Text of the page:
Poaching in the South West

Poaching in the South West

Poaching in the South Wes, The Berkeley Case by Steven Mills

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Poaching is known in some quarters as the 2nd oldest profession and defined as the taking of wild animals without the landowners consent. Here lies a significant problem: how could a landowner own an animal which happens to be present on his land? The Bible stated that God had provided a commonwealth for all but landowners felt they had inherited rights, passed down through generations, giving them alone the privileged to hunt game. This was the central argument that drove, during the 17th, 18th and 19th Centuries, a class war in the British countryside. In some areas this still continues today.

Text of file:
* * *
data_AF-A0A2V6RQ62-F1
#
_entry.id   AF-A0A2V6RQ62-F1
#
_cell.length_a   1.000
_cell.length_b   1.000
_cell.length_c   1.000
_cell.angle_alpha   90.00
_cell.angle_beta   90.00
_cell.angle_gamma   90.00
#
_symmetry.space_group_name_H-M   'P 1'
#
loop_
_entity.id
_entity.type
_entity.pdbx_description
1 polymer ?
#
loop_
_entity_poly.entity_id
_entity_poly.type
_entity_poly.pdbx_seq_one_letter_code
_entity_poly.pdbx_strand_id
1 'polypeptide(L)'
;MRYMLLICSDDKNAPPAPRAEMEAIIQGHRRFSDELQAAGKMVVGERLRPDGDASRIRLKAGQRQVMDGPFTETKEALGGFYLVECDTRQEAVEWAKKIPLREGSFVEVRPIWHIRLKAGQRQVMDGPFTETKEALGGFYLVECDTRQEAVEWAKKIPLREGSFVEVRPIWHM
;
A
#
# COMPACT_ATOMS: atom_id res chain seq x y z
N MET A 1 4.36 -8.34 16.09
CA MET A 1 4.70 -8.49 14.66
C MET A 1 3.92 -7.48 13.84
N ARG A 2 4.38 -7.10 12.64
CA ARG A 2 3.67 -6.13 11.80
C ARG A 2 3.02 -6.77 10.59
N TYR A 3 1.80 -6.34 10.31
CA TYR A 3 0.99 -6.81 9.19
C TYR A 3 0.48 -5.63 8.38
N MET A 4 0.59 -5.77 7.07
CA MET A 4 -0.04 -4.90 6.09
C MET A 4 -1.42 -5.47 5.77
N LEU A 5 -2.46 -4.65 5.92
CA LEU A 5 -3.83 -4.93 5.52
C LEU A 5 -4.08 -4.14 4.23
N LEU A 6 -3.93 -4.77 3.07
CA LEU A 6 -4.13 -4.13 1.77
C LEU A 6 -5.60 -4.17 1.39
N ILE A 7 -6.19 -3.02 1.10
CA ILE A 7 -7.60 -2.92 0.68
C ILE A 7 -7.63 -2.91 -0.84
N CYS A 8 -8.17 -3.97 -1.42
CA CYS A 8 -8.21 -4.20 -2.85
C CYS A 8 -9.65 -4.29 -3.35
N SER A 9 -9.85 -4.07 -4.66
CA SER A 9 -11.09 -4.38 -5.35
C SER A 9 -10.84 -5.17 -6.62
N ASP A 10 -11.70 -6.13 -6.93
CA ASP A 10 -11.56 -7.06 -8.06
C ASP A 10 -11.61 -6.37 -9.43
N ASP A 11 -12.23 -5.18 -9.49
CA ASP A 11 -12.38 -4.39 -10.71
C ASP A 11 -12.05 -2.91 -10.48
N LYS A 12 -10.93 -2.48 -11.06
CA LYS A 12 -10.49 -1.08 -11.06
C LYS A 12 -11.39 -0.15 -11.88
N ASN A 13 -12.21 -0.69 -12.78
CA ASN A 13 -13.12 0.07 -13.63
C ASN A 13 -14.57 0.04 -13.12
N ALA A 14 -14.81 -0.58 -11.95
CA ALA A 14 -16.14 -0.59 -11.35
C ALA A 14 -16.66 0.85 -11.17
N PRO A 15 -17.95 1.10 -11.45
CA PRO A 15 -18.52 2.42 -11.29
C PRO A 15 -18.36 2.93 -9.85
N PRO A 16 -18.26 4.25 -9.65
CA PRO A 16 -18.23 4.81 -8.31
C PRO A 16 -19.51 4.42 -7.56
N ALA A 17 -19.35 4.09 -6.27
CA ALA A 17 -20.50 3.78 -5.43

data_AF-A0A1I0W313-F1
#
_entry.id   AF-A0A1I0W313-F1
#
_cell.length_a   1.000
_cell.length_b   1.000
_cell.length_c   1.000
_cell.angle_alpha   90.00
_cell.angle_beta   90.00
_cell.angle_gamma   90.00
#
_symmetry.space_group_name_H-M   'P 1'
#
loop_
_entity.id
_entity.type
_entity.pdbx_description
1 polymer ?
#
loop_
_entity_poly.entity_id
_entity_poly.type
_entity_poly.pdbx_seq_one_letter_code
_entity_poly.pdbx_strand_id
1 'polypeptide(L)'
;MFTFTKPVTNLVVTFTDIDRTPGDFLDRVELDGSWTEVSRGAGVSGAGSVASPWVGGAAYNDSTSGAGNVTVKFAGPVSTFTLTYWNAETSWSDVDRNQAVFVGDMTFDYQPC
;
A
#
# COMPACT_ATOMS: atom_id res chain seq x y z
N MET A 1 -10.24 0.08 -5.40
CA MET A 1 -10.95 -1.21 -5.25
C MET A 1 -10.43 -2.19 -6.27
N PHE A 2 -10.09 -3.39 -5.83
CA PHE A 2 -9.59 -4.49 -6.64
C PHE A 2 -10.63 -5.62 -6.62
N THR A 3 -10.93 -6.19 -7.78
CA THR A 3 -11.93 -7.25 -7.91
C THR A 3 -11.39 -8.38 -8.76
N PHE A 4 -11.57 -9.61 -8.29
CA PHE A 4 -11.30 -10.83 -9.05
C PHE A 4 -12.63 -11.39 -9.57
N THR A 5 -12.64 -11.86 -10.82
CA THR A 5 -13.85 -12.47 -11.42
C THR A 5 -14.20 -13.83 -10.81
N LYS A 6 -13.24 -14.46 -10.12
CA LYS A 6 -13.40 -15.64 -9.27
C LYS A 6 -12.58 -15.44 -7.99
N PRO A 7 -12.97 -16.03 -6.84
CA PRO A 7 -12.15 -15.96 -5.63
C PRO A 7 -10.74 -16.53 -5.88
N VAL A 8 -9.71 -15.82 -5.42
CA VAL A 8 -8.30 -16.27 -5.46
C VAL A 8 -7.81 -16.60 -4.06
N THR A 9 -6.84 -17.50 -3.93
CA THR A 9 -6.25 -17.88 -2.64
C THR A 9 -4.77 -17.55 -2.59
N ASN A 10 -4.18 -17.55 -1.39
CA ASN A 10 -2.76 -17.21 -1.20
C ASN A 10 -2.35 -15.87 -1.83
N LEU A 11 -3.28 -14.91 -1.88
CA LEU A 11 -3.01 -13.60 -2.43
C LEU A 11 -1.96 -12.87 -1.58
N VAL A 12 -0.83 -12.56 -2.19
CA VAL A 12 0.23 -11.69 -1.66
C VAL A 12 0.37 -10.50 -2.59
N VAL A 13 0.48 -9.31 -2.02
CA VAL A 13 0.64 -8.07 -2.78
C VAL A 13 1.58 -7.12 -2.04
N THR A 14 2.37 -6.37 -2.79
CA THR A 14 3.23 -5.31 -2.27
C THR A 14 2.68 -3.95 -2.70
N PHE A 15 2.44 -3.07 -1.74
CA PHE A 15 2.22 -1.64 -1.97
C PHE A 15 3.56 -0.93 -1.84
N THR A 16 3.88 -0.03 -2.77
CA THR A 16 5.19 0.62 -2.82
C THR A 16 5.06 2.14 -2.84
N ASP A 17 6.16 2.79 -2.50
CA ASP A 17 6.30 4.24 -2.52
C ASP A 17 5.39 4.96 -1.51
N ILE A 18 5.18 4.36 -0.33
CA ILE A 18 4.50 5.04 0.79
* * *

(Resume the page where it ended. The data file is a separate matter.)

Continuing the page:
Those who poached, whether they took game for the pot or to sell, were in direct competition with the landowners. Both sides used violence, guile and confederates. Large poaching gangs would come into armed conflict with small armies of well paid gamekeepers.


This pamphlet concentrates on some famous (indeed infamous) cases in the South West of England. It examines the issues behind the ‘poaching wars’ as well as introducing the combatants, their weapons and their tactics. We shall also see how the poaching wars split families, divided communities and cost some their lives; even though many still felt that the risks were worth it.


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